David Cameron is under mounting pressure from all sides as he prepares for today's critical European Union summit aimed at ending the crisis in the eurozone.
A second cabinet minister joined Conservative backbenchers in demanding a referendum on Europe – a move to which Mr Cameron cannot agree without risking the break-up of the Coalition because the Liberal Democrats oppose one.
Owen Paterson, the Northern Ireland Secretary and a leading figure on the Tory right, openly challenged Mr Cameron's opposition to a UK referendum on the proposed new EU treaty to impose budgetary discipline in the 17 eurozone countries.
"I think there will have to be one, because I think the pressure would build up," he told The Spectator magazine. "This isn't going to happen immediately, because these negotiations are going to take some months. But I think down the road that is inevitable."
Mr Paterson's intervention is significant because Iain Duncan Smith, the Work and Pensions Secretary, was slapped down by Downing Street on Monday after calling for a referendum.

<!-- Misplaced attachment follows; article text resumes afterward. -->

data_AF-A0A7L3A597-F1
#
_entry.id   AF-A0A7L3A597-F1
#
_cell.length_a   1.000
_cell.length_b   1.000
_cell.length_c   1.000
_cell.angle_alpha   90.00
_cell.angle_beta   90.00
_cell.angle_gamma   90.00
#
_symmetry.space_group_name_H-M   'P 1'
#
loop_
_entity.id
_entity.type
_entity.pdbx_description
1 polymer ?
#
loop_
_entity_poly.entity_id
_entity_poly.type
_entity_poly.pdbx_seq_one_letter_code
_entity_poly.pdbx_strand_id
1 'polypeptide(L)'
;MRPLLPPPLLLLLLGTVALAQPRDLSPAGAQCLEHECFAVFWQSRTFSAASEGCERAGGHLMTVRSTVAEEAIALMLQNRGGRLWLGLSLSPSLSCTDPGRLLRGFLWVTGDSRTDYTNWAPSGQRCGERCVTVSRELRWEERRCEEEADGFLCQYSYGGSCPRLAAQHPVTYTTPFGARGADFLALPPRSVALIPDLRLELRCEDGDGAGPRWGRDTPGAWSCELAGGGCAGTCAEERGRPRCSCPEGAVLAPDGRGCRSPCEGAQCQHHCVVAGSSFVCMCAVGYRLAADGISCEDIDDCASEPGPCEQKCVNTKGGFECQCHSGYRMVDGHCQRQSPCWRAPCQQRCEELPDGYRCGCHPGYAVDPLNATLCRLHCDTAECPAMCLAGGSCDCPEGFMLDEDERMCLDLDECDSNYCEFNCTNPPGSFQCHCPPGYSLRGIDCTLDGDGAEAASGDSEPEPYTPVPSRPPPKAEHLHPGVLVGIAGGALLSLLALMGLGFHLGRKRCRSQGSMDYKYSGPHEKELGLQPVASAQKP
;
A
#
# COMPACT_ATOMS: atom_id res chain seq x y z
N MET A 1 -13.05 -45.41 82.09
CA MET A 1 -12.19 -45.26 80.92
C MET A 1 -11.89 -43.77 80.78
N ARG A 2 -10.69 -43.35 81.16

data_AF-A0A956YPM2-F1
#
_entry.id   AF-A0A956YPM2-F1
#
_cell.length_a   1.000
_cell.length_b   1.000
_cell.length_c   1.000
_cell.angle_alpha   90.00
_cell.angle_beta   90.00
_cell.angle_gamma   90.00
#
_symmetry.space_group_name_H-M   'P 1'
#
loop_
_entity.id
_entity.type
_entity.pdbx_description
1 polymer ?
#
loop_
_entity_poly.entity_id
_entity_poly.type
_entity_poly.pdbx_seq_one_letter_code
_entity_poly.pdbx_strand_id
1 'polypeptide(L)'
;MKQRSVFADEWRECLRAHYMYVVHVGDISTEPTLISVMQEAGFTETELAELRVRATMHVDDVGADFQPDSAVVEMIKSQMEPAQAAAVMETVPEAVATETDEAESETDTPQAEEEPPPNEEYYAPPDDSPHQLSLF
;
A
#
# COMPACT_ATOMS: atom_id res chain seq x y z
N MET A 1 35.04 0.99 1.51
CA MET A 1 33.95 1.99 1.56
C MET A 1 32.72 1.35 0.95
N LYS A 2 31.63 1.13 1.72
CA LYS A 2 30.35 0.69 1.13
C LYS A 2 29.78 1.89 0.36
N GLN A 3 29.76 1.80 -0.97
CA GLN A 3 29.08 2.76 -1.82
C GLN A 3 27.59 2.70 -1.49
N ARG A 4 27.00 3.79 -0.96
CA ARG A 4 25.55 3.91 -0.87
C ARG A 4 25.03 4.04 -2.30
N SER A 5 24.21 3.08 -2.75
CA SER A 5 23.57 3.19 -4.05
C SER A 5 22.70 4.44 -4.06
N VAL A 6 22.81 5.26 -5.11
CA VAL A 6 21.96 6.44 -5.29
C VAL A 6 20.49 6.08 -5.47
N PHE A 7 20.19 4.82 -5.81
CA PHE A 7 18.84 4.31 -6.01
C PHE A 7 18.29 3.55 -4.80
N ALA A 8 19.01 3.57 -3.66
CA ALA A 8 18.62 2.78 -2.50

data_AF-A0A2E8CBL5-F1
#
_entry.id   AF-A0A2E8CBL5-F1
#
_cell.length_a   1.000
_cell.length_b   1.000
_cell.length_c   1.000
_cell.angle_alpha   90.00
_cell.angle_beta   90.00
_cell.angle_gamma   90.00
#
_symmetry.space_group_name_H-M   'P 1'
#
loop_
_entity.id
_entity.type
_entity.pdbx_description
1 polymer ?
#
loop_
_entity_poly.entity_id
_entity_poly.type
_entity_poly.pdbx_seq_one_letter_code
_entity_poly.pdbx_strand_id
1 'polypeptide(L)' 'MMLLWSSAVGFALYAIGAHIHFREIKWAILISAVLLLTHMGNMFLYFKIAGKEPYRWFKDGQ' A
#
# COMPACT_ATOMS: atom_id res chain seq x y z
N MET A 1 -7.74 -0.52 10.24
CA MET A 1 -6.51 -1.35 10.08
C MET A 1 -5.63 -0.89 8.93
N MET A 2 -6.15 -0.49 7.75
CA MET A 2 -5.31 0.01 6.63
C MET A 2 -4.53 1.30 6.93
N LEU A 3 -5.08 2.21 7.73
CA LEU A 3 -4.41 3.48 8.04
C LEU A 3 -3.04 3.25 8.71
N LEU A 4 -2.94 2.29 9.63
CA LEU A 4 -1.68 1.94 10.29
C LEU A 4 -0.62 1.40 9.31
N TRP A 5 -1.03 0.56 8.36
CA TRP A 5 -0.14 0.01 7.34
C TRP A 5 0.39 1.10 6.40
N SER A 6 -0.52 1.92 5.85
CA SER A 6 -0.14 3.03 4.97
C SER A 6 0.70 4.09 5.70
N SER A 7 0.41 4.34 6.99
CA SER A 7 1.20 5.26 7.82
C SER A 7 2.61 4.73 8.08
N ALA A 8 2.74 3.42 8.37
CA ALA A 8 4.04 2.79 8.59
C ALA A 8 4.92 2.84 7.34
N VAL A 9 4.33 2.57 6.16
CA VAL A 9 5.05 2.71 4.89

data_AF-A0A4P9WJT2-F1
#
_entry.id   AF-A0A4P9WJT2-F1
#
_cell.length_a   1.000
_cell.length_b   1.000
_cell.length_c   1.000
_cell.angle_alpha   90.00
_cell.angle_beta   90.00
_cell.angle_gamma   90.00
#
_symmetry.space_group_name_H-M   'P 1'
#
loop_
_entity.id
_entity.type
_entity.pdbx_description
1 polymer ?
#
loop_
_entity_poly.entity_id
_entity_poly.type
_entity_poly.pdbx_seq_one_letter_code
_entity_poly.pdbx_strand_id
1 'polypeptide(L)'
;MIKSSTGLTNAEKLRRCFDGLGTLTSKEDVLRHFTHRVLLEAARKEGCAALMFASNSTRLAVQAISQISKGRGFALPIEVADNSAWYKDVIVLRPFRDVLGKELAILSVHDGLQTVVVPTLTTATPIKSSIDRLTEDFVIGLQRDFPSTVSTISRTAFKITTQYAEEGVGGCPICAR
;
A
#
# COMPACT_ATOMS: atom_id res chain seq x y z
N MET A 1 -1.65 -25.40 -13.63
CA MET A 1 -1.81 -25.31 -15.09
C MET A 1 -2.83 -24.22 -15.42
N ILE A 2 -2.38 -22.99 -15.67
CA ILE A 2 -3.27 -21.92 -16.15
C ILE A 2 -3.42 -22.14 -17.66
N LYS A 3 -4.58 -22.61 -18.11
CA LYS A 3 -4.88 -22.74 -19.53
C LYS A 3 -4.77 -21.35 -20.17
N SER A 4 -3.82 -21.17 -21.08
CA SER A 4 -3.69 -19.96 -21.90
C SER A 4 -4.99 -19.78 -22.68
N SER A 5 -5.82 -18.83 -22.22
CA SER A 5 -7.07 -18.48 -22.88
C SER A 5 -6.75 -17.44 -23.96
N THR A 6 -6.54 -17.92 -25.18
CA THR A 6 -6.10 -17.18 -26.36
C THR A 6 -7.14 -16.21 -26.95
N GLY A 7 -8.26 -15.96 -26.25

Several other ministers have privately lobbied Mr Cameron to take a tough line at the summit. Backbenchers threatened a protest motion signed by more than 100 Tories if he returned empty-handed from Brussels.
After Mr Cameron endured several demands for a return of some EU powers to Britain at a difficult session of Prime Minister's Questions, Boris Johnson joined the Tory rebellion. The Mayor of London told BBC Radio 4: "It's absolutely clear to me that if there is a new treaty at 27 – if there is a new EU treaty that creates a fiscal union within the eurozone – then we would have no choice either to veto it or to put it to a referendum."